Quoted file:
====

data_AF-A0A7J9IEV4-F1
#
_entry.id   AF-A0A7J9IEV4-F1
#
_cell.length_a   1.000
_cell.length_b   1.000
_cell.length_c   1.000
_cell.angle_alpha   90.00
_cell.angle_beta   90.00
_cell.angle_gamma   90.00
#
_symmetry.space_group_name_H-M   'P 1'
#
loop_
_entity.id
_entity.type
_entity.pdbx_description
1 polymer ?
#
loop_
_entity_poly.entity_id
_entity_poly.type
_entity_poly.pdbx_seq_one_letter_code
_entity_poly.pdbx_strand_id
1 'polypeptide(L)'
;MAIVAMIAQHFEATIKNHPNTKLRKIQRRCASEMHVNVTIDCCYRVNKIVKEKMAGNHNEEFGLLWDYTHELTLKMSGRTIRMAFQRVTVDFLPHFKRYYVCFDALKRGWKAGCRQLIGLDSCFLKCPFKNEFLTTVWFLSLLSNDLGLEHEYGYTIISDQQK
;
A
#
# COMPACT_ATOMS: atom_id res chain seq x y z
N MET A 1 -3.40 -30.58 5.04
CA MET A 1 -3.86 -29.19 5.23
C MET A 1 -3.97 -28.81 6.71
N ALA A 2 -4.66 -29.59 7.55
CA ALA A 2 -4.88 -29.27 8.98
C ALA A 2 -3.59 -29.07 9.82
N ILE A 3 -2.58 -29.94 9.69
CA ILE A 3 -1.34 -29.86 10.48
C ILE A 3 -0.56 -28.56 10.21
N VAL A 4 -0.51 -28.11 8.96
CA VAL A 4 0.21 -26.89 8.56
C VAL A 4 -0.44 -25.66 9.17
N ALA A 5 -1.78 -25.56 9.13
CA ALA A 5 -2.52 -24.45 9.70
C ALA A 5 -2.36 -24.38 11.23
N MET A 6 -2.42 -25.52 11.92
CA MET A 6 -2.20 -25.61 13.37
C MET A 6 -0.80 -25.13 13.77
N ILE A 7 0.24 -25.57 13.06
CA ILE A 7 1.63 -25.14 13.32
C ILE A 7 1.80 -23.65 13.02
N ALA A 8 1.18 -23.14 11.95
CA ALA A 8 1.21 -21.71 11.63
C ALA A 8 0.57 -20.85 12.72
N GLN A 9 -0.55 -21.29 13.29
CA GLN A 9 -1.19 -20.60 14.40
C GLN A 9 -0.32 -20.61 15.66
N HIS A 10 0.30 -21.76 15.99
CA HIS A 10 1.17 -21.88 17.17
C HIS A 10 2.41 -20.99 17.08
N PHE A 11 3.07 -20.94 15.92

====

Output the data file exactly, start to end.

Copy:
data_AF-A0A7J9IEV4-F1
#
_entry.id   AF-A0A7J9IEV4-F1
#
_cell.length_a   1.000
_cell.length_b   1.000
_cell.length_c   1.000
_cell.angle_alpha   90.00
_cell.angle_beta   90.00
_cell.angle_gamma   90.00
#
_symmetry.space_group_name_H-M   'P 1'
#
loop_
_entity.id
_entity.type
_entity.pdbx_description
1 polymer ?
#
loop_
_entity_poly.entity_id
_entity_poly.type
_entity_poly.pdbx_seq_one_letter_code
_entity_poly.pdbx_strand_id
1 'polypeptide(L)'
;MAIVAMIAQHFEATIKNHPNTKLRKIQRRCASEMHVNVTIDCCYRVNKIVKEKMAGNHNEEFGLLWDYTHELTLKMSGRTIRMAFQRVTVDFLPHFKRYYVCFDALKRGWKAGCRQLIGLDSCFLKCPFKNEFLTTVWFLSLLSNDLGLEHEYGYTIISDQQK
;
A
#
# COMPACT_ATOMS: atom_id res chain seq x y z
N MET A 1 -3.40 -30.58 5.04
CA MET A 1 -3.86 -29.19 5.23
C MET A 1 -3.97 -28.81 6.71
N ALA A 2 -4.66 -29.59 7.55
CA ALA A 2 -4.88 -29.27 8.98
C ALA A 2 -3.59 -29.07 9.82
N ILE A 3 -2.58 -29.94 9.69
CA ILE A 3 -1.34 -29.86 10.48
C ILE A 3 -0.56 -28.56 10.21
N VAL A 4 -0.51 -28.11 8.96
CA VAL A 4 0.21 -26.89 8.56
C VAL A 4 -0.44 -25.66 9.17
N ALA A 5 -1.78 -25.56 9.13
CA ALA A 5 -2.52 -24.45 9.70
C ALA A 5 -2.36 -24.38 11.23
N MET A 6 -2.42 -25.52 11.92
CA MET A 6 -2.20 -25.61 13.37
C MET A 6 -0.80 -25.13 13.77
N ILE A 7 0.24 -25.57 13.06
CA ILE A 7 1.63 -25.14 13.32
C ILE A 7 1.80 -23.65 13.02
N ALA A 8 1.18 -23.14 11.95
CA ALA A 8 1.21 -21.71 11.63
C ALA A 8 0.57 -20.85 12.72
N GLN A 9 -0.55 -21.29 13.29
CA GLN A 9 -1.19 -20.60 14.40
C GLN A 9 -0.32 -20.61 15.66
N HIS A 10 0.30 -21.76 15.99
CA HIS A 10 1.17 -21.88 17.17
C HIS A 10 2.41 -20.99 17.08
N PHE A 11 3.07 -20.94 15.92